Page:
And I could feel so much gratitude for our carpenter's cheerful ways and competence in his work. I feel very fortunate to have found such an easy, uncomplicated solution to the work that needed doing. And so while I have been simply leading an ordinary life doing mundane things like preparing 3 meals a day and sourcing material and gathering needed supplies, the day is filled with Dharma, the dharma of working with habitual tendencies and of feeling gratitude for an easy relationship with our skilled help. It is fun to prepare food for him as a sort of offering.
What Dharma are you finding these days in your ordinary life?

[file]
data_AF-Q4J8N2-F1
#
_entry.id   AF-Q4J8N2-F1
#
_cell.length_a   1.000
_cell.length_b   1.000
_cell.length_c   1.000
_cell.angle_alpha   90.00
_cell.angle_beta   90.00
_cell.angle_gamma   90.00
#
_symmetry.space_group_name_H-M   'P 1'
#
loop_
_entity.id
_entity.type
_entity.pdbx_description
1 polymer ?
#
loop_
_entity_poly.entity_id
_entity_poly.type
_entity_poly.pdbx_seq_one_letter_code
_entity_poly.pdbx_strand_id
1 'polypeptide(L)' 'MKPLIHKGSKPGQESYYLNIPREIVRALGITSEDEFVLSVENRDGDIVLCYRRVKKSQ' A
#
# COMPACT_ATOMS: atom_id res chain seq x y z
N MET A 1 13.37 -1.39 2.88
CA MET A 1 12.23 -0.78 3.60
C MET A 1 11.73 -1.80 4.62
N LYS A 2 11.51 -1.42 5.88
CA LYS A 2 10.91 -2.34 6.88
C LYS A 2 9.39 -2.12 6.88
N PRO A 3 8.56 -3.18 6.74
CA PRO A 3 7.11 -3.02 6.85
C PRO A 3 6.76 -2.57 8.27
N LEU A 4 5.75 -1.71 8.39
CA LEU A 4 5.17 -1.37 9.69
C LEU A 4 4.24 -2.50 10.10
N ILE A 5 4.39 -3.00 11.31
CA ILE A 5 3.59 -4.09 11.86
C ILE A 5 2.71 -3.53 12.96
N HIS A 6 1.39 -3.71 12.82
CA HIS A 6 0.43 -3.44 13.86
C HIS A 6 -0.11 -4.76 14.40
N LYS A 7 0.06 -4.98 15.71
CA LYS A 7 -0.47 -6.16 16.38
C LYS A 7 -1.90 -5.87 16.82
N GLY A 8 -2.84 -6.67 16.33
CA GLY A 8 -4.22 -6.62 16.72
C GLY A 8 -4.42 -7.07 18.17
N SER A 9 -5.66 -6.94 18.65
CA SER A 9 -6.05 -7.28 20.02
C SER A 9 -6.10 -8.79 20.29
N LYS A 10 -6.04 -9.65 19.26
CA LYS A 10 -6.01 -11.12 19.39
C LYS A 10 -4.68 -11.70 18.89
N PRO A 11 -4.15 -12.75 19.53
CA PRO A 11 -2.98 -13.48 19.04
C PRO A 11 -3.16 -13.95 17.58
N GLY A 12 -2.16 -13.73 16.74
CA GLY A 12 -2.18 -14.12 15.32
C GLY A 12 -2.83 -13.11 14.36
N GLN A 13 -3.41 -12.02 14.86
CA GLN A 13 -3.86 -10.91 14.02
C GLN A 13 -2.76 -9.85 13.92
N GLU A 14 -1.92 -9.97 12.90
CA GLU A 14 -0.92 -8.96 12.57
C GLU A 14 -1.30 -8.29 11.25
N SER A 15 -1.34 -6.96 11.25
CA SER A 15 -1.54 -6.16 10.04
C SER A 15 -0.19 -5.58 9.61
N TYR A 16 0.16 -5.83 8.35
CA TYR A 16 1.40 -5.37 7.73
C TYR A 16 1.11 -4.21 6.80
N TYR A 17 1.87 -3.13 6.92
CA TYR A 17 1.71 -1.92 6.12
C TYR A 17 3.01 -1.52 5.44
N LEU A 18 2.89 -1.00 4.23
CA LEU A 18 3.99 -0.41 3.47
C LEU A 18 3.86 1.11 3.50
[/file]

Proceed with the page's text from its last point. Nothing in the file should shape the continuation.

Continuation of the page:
It's blog action day today and the topic is water. When you live on an island as I do, water is never very far from your thoughts or sight. In many ways we take it for granted, at least its potential for great beauty. On an island water also feels enveloping, protective, sometimes. It creates community by its definitive boundaries. Islanders sometimes lament the difficulty of getting places and acquiring goods and services. In these instances water is experienced as an inconvenience. Islanders like nothing better that to have a good ol' grumble about ferry service.
And on this island, on rural properties we need to pay attention to water, to be mindful. We get our water from a well. We flush it into a septic system. More than in a city, we need to pay attention to water quality when we choose somewhere to live. In some places here, you can run out of water in the summer, your water can have too much sulphur or arsenic.